If some uptown Manhattan parents have their way, District 6, which covers northern Harlem, Washington Heights and Inwood, would no longer have zoned elementary schools. The district's Community Education Council (CEC), a parent panel which has some authority -- along with the Education Department -- to decide school zones is hosting meetings this week to hear what parents think of thiree different proposals to change the zoning..
Bryan Davis, a parent on the CEC and a proponent of the de-zoning, says the plan is designed to give all parents equal access to all schools and to empower them to make their own choices, according to DNAInfo.com. But, if recent meetings are any indication, parents are concerned that the plan to give them choice, could actually backfire. Parents who move to a particular zone because of the school could find themselves closed out of that school, and instead have to travel to a distant neighborhood.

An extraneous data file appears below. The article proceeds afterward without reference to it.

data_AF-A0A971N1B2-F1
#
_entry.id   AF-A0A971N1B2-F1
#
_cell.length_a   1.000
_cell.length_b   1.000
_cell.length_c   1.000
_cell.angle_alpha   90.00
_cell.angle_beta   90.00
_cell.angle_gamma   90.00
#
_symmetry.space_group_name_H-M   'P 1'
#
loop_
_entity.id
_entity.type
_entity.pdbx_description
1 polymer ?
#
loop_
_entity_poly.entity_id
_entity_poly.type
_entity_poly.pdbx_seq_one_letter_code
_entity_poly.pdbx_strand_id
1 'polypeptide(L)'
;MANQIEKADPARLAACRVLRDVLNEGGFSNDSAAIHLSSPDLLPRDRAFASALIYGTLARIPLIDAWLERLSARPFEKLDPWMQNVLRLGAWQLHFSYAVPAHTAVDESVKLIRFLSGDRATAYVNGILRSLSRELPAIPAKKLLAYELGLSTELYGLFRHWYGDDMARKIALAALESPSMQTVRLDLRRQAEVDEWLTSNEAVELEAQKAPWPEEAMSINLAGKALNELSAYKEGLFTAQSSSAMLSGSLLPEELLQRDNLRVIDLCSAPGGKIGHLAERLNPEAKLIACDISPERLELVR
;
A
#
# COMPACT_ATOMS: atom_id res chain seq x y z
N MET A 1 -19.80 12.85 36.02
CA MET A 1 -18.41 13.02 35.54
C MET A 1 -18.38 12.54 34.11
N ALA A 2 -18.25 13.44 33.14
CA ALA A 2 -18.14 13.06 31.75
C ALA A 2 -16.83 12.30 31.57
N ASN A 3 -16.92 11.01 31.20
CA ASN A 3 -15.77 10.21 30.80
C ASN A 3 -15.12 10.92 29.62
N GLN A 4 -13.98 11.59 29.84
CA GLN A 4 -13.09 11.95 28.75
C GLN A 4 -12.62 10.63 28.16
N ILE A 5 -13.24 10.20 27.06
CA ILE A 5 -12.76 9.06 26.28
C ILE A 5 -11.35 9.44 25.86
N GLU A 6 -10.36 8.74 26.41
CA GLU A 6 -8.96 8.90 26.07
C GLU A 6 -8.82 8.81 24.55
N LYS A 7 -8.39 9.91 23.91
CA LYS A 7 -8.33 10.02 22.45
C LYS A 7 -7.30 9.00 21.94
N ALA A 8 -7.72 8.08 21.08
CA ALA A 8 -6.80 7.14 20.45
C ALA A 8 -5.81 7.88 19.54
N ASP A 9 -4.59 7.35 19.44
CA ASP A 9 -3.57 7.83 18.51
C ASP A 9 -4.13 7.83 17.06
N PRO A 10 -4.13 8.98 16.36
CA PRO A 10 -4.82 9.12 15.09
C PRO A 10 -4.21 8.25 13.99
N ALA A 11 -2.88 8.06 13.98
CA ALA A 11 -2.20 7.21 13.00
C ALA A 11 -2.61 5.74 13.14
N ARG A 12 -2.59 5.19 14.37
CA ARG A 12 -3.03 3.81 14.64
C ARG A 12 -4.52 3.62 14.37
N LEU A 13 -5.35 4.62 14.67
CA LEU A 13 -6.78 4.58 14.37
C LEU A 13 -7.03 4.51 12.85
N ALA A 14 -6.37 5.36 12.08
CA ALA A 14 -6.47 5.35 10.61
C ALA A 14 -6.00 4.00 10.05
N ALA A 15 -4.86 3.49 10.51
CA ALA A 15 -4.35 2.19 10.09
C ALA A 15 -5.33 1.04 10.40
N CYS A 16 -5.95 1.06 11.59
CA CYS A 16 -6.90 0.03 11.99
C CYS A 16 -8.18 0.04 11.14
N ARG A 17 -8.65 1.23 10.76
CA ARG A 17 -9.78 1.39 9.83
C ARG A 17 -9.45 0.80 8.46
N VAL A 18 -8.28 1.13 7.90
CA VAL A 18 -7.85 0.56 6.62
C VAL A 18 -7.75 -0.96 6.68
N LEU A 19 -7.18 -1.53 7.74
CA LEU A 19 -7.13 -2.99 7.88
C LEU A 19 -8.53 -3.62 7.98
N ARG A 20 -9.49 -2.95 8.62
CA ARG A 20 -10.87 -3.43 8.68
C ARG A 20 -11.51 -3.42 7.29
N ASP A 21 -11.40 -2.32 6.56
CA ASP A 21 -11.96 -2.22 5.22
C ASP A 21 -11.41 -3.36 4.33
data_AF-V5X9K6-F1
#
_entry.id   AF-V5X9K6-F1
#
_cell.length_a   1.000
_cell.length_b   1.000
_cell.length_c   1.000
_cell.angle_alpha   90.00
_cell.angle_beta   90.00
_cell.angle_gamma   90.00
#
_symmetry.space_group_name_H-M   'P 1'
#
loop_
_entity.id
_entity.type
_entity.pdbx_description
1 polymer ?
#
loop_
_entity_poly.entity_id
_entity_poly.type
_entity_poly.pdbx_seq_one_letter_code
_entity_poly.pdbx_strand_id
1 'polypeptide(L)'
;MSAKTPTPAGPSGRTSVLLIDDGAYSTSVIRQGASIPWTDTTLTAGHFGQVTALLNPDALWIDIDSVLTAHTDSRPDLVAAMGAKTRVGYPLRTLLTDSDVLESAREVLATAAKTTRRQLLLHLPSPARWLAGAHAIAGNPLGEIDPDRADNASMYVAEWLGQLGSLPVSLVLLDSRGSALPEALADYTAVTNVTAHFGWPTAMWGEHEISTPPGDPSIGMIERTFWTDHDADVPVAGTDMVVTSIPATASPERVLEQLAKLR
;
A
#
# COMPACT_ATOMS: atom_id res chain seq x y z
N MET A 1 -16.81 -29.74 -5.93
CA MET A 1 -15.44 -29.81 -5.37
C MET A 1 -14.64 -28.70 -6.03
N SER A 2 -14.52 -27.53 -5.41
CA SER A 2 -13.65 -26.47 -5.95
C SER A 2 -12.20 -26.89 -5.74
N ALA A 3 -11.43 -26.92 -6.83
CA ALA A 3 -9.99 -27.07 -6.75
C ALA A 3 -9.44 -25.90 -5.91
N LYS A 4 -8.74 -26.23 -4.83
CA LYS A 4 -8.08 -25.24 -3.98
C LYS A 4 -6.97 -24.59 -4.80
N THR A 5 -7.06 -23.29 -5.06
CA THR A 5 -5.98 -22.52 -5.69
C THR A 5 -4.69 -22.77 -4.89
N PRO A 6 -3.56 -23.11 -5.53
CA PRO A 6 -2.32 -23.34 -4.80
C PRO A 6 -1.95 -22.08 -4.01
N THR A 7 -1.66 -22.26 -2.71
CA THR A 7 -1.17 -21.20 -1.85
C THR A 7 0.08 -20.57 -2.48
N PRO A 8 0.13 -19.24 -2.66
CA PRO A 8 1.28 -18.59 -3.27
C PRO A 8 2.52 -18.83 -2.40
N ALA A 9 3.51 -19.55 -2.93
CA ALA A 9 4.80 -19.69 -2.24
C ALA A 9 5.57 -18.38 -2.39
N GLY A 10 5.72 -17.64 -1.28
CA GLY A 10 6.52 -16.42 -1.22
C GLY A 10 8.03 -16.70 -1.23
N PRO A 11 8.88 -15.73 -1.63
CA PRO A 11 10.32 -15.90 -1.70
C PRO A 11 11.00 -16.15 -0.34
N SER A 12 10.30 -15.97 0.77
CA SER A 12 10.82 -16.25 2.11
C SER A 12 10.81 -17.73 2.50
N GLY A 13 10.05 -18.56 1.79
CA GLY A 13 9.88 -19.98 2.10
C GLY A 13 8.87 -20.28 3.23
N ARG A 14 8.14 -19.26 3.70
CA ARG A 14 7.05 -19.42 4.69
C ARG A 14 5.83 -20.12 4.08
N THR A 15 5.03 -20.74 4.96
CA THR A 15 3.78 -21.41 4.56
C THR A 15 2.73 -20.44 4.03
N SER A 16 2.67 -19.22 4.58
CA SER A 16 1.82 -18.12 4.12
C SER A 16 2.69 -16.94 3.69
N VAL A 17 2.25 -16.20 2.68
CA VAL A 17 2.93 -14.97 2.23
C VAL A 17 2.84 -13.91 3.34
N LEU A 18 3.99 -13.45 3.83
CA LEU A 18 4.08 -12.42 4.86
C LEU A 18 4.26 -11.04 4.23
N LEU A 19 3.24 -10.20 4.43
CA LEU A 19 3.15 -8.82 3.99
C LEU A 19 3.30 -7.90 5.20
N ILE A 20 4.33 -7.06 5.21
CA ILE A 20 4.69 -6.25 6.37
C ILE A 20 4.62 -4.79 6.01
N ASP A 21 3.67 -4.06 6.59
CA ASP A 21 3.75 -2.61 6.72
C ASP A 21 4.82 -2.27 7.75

While school choice has become the norm for high school, and middle schools in many districts under Mayor Bloomberg, the only district that has no zoned elementary schools is tiny District 1 on the Lower East Side. District 6 has more than twice as many students as District 1, according to the DOE statistics from 2011. District 1 has 17 elementary schools, many enrolling fewer than 400 pupils. District 6 has 25 schools, half of which enroll more than 600 students. There are already about a half-dozen schools in District 6 which are unzoned and have their own application but proponents of the new plan say many district residents don't know about those options.
As the DOE and the parent council consider the proposal, parents can weigh in. There's a meeting on Oct. 18 from 7 to 10 p.m. at PS 48, and on Oct. 19 from 8:30 to 9:30 a.m. at PS 278. The council's zoning committee will host public hearings on Oct. 17 from 6 to 8 p.m. at the building shared by PS 192 and PS 325; on Oct. 25 from 6 to 8 p.m. at PS 115 and on Nov. 1 from 6 to 8 pm at PS 98.
Can't go to a meeting? Email your comments or questions to
or call 347-735-6486.
Read more on DNAInfo.com and the Wall Street Journal.
Click here to download the District 6 proposals.